Ticket pool report: In the crowd with John McCain
Presidential campaigns are much like a complex traveling circus, with teams assigned to develop messages to voters, teams designed to scout appropriate sites for candidate visits, teams assigned to prepare them and teams assigned to accompany the candidate and ensure a smooth appearance, most notably with the traveling and local media whose experience is reflected in the tone and detail of the coverage they provide to millions.
Sometimes the campaign venues are too small to accommodate the large press packs traveling on the campaign plane, whose numbers jockeying for position would spoil the desired "getting-to-know-you-feel" the campaign wants for the TV cameras.
So pool reporters are chosen by turn to represent print and broadcast media, assembled elsewhere, and share what they see and hear with their absent colleagues in detailed Pool Reports, sometimes several a day and sometimes with professional asides to their colleagues.
From time to time through November, The Ticket is going to publish these pool reports in their entirety to give readers an inside feel for the kinds of detail they may not always see in the formal news coverage and to peer inside the raw material that journalists use to compile their coverage. Sometimes, as last night, the pool reports include details of an unexpected encounter.
This morning's Pool Report is No. 4 from Tuesday evening with Sen. John McCain in St. Louis. It includes a humorous addition at the end:
McCain Pool Report #4
ST. LOUIS—Showing his intimate knowledge of the Show Me State’s culture, Sen. John McCain (R-Ariz.) made a pilgrimage to one of its vaunted institutions Tuesday night: Ted Drewes Frozen Custard.
The local dessert stand, which was founded in 1929, made its reputation on its 'concretes' cups of frozen custard that are so thick the servers flip them upside down before they....
...hand them over to customers, just to prove that they won’t slip out. McCain chose to visit the original stand on historic Route 66; a second outpost exists downtown.
Dozens of custard buyers were milling about in front of Ted Drewes when McCain’s entourage -- several SUVs escorted by St. Louis county police cars -- pulled up out front. The presumptive GOP nominee, accompanied by former Maryland lieutenant governor Michael Steele, got a chocolate concrete with Heath Bars while Steele (who told the staff, 'Surprise me') got a strawberry concrete.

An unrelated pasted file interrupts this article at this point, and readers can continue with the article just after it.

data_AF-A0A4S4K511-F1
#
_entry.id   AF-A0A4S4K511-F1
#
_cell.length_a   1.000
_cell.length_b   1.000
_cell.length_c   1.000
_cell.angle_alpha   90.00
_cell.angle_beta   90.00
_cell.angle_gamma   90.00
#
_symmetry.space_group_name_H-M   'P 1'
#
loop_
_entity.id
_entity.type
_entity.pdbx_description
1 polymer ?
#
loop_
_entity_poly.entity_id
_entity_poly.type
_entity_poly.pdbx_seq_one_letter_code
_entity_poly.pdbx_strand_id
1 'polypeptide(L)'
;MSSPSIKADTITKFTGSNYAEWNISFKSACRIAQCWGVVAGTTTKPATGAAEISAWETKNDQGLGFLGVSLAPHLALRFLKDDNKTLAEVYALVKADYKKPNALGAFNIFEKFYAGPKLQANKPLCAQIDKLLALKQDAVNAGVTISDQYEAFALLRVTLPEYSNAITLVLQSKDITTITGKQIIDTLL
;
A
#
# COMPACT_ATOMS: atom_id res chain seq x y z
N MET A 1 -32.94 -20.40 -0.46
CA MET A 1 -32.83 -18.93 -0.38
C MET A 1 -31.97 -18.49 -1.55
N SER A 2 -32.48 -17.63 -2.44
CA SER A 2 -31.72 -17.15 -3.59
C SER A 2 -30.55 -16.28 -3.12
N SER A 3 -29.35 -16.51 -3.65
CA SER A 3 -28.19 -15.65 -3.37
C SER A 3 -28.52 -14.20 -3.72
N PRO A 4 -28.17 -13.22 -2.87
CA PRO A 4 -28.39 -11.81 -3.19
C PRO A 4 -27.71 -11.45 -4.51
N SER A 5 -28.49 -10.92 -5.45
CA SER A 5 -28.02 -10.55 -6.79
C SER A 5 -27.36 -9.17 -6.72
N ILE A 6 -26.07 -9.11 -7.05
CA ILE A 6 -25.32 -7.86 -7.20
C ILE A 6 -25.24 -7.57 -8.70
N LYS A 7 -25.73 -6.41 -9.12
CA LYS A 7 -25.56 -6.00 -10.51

At one point McCain entered the store and went to the window to take an order. 'Got it?' he barked to the staff, smiling. 'Small chocolate chip concrete!'
'It’s an institution,' McCain said as he shook hands with the staff. 'Pleasure to see you.'
The senator then headed out to the parking lot, where he shook hands with several customers. Twenty-nine year old Betsy Reznick, who was holding her four-month old daughter in a sling, shook his hand and smiled before berating him for his war policy.
'Hi, I’d like you to bring our troops home now. Quickly,' Reznick told him.
'With honor and victory,' McCain replied, somewhat nonplussed, as he moved to shake another person’s hand.
'There are too many dying,' she said.
Reznick explained that she works as a communication manager for the St. Louis-based National Veterans for Peace office, an anti-war group, but did not stage her protest. 'We happened to be walking on the street and saw all the cars,' she said.
Shortly afterwards McCain got kid gloves treatment from Tom, Cathy and Sam Scott, who posed for a picture with him. Cathy Scott asked her two-year old son Sam, 'Can you say, ‘Hi Mr. McCain?’'
'Hi, Mr. McCain,' the boy dutifully repeated.
For the record, your pooler sampled both a concrete brownie (vanilla frozen custard mixed with brownie bits) and a chocolate milkshake, in the interest of producing a full report. Both were tasty. The brownie bits in the concrete were a touch sugary, but the milkshake was satisfyingly rich.
Juliet Eilperin, Washington Post
McCain Pool Report #4a
Correction: Though a McCain spokeswoman initially said McCain had a chocolate custard concrete with Heath Bars, a campaign aide later clarified it was a plain chocolate concrete.
Juliet Eilperin, Washington Post
Photo credit: Jim Cole / Associated Press